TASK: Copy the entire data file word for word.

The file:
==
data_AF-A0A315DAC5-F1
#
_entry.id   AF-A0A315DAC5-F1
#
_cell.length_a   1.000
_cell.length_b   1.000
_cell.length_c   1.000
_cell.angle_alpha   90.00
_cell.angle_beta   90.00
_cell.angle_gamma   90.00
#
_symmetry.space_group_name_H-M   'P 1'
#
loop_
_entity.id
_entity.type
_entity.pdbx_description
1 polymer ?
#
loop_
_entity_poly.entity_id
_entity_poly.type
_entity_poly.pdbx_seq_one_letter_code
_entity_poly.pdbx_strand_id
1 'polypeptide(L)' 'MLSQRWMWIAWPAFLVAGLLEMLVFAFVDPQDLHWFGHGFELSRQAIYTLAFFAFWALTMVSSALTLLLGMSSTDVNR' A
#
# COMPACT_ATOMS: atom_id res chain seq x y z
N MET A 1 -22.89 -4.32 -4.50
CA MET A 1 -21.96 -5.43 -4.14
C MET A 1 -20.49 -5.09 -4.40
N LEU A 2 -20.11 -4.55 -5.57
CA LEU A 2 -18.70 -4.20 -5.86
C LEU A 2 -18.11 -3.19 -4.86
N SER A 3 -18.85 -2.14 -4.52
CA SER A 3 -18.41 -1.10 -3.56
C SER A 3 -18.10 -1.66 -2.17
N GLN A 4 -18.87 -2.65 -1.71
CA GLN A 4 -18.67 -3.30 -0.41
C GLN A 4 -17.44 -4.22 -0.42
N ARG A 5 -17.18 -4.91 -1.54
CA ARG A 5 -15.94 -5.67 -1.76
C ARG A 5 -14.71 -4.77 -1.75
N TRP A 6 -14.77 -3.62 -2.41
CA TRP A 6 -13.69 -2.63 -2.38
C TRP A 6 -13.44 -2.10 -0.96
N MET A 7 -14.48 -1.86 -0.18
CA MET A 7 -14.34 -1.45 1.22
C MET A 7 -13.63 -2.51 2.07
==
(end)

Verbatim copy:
data_AF-A0A315DAC5-F1
#
_entry.id   AF-A0A315DAC5-F1
#
_cell.length_a   1.000
_cell.length_b   1.000
_cell.length_c   1.000
_cell.angle_alpha   90.00
_cell.angle_beta   90.00
_cell.angle_gamma   90.00
#
_symmetry.space_group_name_H-M   'P 1'
#
loop_
_entity.id
_entity.type
_entity.pdbx_description
1 polymer ?
#
loop_
_entity_poly.entity_id
_entity_poly.type
_entity_poly.pdbx_seq_one_letter_code
_entity_poly.pdbx_strand_id
1 'polypeptide(L)' 'MLSQRWMWIAWPAFLVAGLLEMLVFAFVDPQDLHWFGHGFELSRQAIYTLAFFAFWALTMVSSALTLLLGMSSTDVNR' A
#
# COMPACT_ATOMS: atom_id res chain seq x y z
N MET A 1 -22.89 -4.32 -4.50
CA MET A 1 -21.96 -5.43 -4.14
C MET A 1 -20.49 -5.09 -4.40
N LEU A 2 -20.11 -4.55 -5.57
CA LEU A 2 -18.70 -4.20 -5.86
C LEU A 2 -18.11 -3.19 -4.86
N SER A 3 -18.85 -2.14 -4.52
CA SER A 3 -18.41 -1.10 -3.56
C SER A 3 -18.10 -1.66 -2.17
N GLN A 4 -18.87 -2.65 -1.71
CA GLN A 4 -18.67 -3.30 -0.41
C GLN A 4 -17.44 -4.22 -0.42
N ARG A 5 -17.18 -4.91 -1.54
CA ARG A 5 -15.94 -5.67 -1.76
C ARG A 5 -14.71 -4.77 -1.75
N TRP A 6 -14.77 -3.62 -2.41
CA TRP A 6 -13.69 -2.63 -2.38
C TRP A 6 -13.44 -2.10 -0.96
N MET A 7 -14.48 -1.86 -0.18
CA MET A 7 -14.34 -1.45 1.22
C MET A 7 -13.63 -2.51 2.07